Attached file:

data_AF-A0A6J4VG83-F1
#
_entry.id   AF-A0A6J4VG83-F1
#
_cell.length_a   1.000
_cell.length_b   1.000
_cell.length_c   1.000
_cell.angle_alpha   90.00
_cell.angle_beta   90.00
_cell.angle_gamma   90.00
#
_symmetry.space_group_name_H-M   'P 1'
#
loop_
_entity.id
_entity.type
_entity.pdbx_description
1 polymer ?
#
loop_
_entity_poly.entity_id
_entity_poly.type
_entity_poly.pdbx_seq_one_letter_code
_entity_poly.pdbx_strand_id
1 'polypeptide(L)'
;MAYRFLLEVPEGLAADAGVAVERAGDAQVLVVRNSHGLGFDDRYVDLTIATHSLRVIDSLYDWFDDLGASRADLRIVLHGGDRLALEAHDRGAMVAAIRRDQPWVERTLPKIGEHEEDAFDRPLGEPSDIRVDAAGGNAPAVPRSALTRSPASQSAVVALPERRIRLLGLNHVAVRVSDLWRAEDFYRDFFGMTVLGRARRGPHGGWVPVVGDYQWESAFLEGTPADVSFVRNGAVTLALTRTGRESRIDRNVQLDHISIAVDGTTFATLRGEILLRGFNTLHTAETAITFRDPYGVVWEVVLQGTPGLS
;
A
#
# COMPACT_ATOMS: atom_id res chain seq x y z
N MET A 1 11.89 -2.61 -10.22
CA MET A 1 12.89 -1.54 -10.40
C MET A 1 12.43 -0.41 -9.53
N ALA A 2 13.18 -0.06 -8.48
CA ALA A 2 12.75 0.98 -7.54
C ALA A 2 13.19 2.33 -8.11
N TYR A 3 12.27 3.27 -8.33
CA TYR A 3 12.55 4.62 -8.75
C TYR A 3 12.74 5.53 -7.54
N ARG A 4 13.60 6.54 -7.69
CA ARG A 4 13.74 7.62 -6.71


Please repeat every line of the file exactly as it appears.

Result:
data_AF-A0A6J4VG83-F1
#
_entry.id   AF-A0A6J4VG83-F1
#
_cell.length_a   1.000
_cell.length_b   1.000
_cell.length_c   1.000
_cell.angle_alpha   90.00
_cell.angle_beta   90.00
_cell.angle_gamma   90.00
#
_symmetry.space_group_name_H-M   'P 1'
#
loop_
_entity.id
_entity.type
_entity.pdbx_description
1 polymer ?
#
loop_
_entity_poly.entity_id
_entity_poly.type
_entity_poly.pdbx_seq_one_letter_code
_entity_poly.pdbx_strand_id
1 'polypeptide(L)'
;MAYRFLLEVPEGLAADAGVAVERAGDAQVLVVRNSHGLGFDDRYVDLTIATHSLRVIDSLYDWFDDLGASRADLRIVLHGGDRLALEAHDRGAMVAAIRRDQPWVERTLPKIGEHEEDAFDRPLGEPSDIRVDAAGGNAPAVPRSALTRSPASQSAVVALPERRIRLLGLNHVAVRVSDLWRAEDFYRDFFGMTVLGRARRGPHGGWVPVVGDYQWESAFLEGTPADVSFVRNGAVTLALTRTGRESRIDRNVQLDHISIAVDGTTFATLRGEILLRGFNTLHTAETAITFRDPYGVVWEVVLQGTPGLS
;
A
#
# COMPACT_ATOMS: atom_id res chain seq x y z
N MET A 1 11.89 -2.61 -10.22
CA MET A 1 12.89 -1.54 -10.40
C MET A 1 12.43 -0.41 -9.53
N ALA A 2 13.18 -0.06 -8.48
CA ALA A 2 12.75 0.98 -7.54
C ALA A 2 13.19 2.33 -8.11
N TYR A 3 12.27 3.27 -8.33
CA TYR A 3 12.55 4.62 -8.75
C TYR A 3 12.74 5.53 -7.54
N ARG A 4 13.60 6.54 -7.69
CA ARG A 4 13.74 7.62 -6.71